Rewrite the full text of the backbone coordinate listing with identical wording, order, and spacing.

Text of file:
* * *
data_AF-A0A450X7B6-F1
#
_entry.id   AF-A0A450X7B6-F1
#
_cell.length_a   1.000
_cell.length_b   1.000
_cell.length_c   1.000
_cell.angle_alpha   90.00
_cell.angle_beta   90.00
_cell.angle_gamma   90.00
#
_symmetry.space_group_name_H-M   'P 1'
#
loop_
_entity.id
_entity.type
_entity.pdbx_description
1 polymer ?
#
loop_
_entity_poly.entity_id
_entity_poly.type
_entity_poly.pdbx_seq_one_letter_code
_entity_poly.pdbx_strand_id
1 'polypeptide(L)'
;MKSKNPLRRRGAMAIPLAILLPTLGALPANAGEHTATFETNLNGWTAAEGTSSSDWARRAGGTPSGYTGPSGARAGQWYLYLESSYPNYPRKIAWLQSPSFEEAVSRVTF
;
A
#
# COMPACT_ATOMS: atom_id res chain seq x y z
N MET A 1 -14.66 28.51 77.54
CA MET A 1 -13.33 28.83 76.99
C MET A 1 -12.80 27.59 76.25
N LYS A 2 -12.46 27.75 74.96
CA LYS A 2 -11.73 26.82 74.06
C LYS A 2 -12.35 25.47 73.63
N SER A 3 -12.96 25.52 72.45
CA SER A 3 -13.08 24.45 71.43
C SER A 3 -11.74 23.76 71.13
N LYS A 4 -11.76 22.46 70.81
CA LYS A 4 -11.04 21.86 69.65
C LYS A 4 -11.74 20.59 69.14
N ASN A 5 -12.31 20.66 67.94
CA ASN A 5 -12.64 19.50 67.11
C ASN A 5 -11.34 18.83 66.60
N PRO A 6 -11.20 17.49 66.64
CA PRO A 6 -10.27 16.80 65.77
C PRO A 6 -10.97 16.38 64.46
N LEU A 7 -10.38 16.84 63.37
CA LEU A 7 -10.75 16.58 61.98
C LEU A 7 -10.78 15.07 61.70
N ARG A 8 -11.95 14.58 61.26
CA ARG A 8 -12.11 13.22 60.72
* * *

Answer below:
data_AF-A0A450X7B6-F1
#
_entry.id   AF-A0A450X7B6-F1
#
_cell.length_a   1.000
_cell.length_b   1.000
_cell.length_c   1.000
_cell.angle_alpha   90.00
_cell.angle_beta   90.00
_cell.angle_gamma   90.00
#
_symmetry.space_group_name_H-M   'P 1'
#
loop_
_entity.id
_entity.type
_entity.pdbx_description
1 polymer ?
#
loop_
_entity_poly.entity_id
_entity_poly.type
_entity_poly.pdbx_seq_one_letter_code
_entity_poly.pdbx_strand_id
1 'polypeptide(L)'
;MKSKNPLRRRGAMAIPLAILLPTLGALPANAGEHTATFETNLNGWTAAEGTSSSDWARRAGGTPSGYTGPSGARAGQWYLYLESSYPNYPRKIAWLQSPSFEEAVSRVTF
;
A
#
# COMPACT_ATOMS: atom_id res chain seq x y z
N MET A 1 -14.66 28.51 77.54
CA MET A 1 -13.33 28.83 76.99
C MET A 1 -12.80 27.59 76.25
N LYS A 2 -12.46 27.75 74.96
CA LYS A 2 -11.73 26.82 74.06
C LYS A 2 -12.35 25.47 73.63
N SER A 3 -12.96 25.52 72.45
CA SER A 3 -13.08 24.45 71.43
C SER A 3 -11.74 23.76 71.13
N LYS A 4 -11.76 22.46 70.81
CA LYS A 4 -11.04 21.86 69.65
C LYS A 4 -11.74 20.59 69.14
N ASN A 5 -12.31 20.66 67.94
CA ASN A 5 -12.64 19.50 67.11
C ASN A 5 -11.34 18.83 66.60
N PRO A 6 -11.20 17.49 66.64
CA PRO A 6 -10.27 16.80 65.77
C PRO A 6 -10.97 16.38 64.46
N LEU A 7 -10.38 16.84 63.37
CA LEU A 7 -10.75 16.58 61.98
C LEU A 7 -10.78 15.07 61.70
N ARG A 8 -11.95 14.58 61.26
CA ARG A 8 -12.11 13.22 60.72